Turning straw into gold

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Project by Elyasaf Shweka posted 10-01-2014 06:18 PM 4088 views 5 times favorited 19 comments Add to Favorites Watch

I apologize for this exaggerated title, but i guess it reflects the process i went through this project:
From waste to 8 Walnut ‘wild’ end-grain cutting boards.

[This is my first attempt for a proper standard end-grain cutting board. my first boards were all 3d end grain boards, and now i realize i jumped too far straight to the most complicated patterns without trying the basics. but then again, even though i thought this would be a classic end grain project, seems it didn’t come up that way. guess that what happens when you learn how to be a carpenter from youtube.]

a few weeks ago i went visiting one of our carpenters’ workshop (i work daytime as a contractor). He was cleaning his workshop, after finishing a big project of making 82 stairs of solid walnut, for a private residence. since the shape of that staircase was oval, he had many leftovers from that project. he was throwing a big pile of walnut scraps, which looked useless: dozens of triangle shaped scraps, 1 meter long, 4 cm on one side and 4mm on the other, not even and not planed, many with defects. i couldn’t see that wood go to trash, so i loaded my car, without knowing exactly what im going to do with that. i could only fit in half of the pile.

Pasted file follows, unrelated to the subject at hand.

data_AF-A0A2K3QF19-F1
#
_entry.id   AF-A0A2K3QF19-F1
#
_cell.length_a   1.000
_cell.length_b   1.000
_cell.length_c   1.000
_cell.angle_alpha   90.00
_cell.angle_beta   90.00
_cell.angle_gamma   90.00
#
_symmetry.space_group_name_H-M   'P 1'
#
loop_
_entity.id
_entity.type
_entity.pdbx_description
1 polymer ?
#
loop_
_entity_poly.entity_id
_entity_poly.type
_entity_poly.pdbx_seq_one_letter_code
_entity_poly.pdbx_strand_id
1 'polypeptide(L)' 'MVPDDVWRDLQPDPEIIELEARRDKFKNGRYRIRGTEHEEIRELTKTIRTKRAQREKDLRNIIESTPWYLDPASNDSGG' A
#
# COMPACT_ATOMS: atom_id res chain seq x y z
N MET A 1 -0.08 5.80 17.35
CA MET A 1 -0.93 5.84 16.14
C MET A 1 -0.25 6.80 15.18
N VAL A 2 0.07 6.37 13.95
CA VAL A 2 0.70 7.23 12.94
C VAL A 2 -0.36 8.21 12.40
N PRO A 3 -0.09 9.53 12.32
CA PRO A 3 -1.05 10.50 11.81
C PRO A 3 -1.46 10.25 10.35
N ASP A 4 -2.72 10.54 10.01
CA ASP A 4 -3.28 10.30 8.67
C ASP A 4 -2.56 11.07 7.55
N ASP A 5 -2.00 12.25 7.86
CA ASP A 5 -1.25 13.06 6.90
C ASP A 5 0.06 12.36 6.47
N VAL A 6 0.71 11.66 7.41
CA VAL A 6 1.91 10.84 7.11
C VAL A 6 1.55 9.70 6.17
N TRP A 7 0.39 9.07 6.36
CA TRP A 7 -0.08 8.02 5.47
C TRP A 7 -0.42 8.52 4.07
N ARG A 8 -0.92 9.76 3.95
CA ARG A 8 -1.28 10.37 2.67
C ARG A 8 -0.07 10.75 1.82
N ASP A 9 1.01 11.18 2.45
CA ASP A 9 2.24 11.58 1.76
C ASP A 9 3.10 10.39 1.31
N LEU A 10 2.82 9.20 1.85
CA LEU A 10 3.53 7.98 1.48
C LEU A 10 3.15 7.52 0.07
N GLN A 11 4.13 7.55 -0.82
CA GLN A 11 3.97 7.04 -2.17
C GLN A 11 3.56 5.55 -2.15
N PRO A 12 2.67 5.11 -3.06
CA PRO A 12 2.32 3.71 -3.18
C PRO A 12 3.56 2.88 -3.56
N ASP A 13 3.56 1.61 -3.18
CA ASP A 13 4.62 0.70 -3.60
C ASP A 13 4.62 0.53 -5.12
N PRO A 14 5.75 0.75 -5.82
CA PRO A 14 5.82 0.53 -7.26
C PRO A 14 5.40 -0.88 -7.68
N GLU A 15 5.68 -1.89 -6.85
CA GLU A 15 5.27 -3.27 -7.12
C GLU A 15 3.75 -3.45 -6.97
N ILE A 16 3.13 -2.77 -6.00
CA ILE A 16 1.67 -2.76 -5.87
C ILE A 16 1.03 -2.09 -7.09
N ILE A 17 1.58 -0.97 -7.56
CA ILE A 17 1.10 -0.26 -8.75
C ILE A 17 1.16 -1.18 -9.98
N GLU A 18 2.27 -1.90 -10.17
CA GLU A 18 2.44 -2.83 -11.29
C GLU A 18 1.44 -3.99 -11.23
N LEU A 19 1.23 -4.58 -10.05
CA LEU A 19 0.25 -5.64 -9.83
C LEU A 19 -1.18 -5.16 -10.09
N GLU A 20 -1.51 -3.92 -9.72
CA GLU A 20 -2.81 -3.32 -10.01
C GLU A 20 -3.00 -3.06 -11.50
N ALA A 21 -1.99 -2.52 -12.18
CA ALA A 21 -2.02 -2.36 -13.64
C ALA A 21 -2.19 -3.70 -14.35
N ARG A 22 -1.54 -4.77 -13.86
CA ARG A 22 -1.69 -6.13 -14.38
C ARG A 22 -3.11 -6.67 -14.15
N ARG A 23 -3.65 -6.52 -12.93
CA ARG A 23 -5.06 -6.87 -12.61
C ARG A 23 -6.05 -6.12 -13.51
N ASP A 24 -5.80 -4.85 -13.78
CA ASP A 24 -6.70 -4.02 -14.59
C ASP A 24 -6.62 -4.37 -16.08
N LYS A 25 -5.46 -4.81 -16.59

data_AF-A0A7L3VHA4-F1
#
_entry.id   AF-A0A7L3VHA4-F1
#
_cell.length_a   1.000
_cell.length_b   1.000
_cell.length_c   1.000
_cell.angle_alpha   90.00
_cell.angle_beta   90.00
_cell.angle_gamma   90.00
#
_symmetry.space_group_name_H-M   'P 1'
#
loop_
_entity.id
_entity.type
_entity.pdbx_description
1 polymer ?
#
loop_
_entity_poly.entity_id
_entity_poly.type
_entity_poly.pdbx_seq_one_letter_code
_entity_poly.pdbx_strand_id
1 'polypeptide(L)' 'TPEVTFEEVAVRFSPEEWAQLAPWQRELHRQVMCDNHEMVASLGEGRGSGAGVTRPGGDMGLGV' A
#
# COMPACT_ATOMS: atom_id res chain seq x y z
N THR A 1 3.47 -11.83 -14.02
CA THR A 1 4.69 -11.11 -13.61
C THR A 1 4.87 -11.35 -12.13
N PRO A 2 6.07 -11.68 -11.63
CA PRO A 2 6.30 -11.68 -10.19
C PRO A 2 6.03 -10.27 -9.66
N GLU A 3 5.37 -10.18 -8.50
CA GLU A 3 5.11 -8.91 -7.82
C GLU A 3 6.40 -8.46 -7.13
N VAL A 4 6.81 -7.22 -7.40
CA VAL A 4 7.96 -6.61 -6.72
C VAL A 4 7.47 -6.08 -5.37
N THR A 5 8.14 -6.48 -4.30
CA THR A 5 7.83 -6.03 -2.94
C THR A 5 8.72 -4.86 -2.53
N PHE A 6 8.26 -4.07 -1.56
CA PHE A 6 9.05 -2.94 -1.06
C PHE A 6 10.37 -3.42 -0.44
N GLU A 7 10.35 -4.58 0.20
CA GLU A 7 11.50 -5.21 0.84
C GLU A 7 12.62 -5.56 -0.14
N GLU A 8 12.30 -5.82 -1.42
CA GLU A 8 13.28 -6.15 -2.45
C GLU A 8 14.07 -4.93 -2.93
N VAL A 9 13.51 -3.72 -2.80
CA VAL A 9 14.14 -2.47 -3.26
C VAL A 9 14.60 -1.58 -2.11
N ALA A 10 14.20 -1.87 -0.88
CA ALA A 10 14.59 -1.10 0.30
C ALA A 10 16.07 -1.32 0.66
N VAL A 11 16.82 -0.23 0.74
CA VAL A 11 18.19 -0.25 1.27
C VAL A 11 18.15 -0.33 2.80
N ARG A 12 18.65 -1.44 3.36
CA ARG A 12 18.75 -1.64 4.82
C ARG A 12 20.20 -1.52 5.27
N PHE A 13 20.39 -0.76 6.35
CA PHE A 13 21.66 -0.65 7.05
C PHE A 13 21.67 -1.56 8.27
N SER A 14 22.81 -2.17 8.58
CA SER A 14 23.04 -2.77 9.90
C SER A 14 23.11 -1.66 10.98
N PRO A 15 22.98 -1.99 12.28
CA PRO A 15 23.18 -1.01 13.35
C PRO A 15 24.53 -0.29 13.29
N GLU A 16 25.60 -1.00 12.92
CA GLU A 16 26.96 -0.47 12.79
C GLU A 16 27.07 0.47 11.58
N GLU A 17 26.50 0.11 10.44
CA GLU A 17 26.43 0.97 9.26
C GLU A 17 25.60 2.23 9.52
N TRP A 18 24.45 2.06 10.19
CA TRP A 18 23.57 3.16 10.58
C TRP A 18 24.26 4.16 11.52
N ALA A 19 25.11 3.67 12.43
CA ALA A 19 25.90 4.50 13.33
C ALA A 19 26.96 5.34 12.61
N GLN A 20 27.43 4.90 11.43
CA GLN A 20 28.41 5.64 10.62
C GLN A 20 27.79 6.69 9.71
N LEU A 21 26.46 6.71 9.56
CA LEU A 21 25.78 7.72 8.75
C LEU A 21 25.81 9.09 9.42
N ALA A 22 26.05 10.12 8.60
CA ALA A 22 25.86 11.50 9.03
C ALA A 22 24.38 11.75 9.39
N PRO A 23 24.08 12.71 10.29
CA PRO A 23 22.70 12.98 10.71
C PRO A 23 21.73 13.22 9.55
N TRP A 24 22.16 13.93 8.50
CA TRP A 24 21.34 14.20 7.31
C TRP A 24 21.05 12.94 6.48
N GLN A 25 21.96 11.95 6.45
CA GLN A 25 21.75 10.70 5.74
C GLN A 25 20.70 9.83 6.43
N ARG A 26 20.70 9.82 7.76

back to my tiny workshop: first, i planed each piece from both sides. then, i glued them one to another, in opposite directions, so one two pieces together gave something that is close to straight timber. since its the first time im doing such a big glue-up, and i was out of tb3 glue (not avliable here in israel, i foung only tb2), i did it in 3 small glue ups, and then glued it all together. by the way, my glue up table is a broken folding ironing table. very handy, and for free! you can see it laying on my table.

then, i cut the board into stripes and glued it again in end grain pattern, (this time clamping the length, thank you pony clamps! :) with every other stripe facing down, which gives a mirror look to every couple (book-like shape). but since the scraps were triangles to begin with, the pattern wasn’t static, but it went gradually. this made the unique unstable pattern. i know not everyone like this, mainly because it may look not ‘precise’ enough. i guess that the price you pay when you get stuff for free. on second though, if i had made a frame from a stable pattern, it would maybe look more ‘calm’. see pictures below:

at this point,crossed my mind the idea of making a nice table or a butcher counter top from this end grain walnut piece, but at the end i didn’t go that way.